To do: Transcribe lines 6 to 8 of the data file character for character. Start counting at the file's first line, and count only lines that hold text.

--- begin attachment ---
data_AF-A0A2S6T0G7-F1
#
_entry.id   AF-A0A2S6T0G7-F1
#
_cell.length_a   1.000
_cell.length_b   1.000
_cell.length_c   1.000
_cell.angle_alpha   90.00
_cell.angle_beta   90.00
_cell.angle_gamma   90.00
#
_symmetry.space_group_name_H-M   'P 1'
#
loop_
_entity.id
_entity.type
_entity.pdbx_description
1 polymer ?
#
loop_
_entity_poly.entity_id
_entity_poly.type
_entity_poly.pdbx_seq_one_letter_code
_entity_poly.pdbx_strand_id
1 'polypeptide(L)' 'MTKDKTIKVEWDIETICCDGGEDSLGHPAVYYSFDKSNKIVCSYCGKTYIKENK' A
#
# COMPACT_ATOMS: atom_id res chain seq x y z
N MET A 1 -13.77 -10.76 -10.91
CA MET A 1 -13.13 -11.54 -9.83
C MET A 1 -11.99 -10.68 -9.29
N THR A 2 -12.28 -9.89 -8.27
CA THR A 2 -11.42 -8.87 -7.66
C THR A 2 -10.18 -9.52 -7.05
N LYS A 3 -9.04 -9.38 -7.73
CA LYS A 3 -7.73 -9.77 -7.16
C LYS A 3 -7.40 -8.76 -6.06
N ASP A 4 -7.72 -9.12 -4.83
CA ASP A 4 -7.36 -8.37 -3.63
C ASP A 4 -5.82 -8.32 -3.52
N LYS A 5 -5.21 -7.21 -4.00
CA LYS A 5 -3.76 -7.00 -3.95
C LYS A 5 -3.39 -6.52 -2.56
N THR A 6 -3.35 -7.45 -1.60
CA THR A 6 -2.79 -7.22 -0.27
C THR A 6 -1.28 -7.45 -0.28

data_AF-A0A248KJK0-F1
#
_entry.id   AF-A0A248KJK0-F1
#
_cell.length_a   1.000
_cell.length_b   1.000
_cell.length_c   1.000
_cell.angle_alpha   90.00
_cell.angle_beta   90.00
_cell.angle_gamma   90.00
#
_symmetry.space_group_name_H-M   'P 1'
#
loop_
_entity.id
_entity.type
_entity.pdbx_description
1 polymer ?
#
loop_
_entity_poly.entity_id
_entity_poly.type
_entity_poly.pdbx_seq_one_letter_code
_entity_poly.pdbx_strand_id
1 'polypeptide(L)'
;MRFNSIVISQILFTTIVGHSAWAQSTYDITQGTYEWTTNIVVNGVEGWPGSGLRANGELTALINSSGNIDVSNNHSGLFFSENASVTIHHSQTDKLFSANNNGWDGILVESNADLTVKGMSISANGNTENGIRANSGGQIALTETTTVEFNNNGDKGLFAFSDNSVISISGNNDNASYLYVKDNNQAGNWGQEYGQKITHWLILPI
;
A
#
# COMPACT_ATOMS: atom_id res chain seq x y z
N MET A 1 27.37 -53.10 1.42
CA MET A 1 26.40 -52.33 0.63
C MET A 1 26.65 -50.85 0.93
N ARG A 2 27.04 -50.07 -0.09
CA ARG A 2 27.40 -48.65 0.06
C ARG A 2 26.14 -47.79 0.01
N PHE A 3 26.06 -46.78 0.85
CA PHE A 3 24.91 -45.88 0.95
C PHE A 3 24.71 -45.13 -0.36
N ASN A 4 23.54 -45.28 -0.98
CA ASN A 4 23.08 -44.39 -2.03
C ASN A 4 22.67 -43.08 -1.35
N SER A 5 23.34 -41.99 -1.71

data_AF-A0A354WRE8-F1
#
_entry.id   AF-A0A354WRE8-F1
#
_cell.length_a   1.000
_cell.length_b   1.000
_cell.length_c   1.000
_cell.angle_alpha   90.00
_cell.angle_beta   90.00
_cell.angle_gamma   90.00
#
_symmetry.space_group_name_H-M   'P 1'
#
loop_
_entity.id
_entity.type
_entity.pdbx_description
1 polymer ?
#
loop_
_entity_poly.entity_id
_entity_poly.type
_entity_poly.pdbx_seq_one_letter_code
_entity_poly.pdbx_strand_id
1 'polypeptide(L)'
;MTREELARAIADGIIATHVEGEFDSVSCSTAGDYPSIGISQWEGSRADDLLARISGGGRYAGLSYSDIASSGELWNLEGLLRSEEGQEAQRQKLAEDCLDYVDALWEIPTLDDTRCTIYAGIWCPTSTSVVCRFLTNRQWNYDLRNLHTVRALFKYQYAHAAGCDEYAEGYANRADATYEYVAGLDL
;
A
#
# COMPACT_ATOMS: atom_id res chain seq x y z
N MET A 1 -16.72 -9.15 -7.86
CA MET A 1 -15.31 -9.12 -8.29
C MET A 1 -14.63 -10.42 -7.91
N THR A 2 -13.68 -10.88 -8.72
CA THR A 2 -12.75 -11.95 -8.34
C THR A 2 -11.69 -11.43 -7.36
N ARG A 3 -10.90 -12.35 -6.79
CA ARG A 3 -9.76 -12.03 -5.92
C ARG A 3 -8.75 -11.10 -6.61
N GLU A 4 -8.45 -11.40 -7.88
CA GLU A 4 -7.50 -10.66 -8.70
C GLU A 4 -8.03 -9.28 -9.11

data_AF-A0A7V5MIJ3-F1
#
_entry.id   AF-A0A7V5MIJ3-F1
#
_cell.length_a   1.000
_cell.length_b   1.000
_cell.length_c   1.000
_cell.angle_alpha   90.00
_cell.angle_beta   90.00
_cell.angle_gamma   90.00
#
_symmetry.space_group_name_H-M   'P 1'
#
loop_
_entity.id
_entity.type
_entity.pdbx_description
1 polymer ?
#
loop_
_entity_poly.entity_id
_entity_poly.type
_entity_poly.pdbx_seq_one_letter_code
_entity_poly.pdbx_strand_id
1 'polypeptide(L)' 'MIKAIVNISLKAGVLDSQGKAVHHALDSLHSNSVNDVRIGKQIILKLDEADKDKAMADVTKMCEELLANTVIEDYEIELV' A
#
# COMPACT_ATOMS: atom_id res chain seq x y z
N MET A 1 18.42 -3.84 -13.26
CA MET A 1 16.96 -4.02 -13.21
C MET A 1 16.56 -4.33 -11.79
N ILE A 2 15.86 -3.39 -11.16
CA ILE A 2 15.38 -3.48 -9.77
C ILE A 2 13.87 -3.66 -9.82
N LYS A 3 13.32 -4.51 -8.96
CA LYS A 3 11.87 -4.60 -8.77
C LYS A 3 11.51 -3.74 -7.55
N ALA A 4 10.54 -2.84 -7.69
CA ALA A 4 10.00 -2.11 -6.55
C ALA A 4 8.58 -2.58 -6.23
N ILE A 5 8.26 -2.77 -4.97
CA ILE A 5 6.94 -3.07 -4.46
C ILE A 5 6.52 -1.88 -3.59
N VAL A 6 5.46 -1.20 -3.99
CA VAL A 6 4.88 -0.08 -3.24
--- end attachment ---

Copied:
_cell.length_b   1.000
_cell.length_c   1.000
_cell.angle_alpha   90.00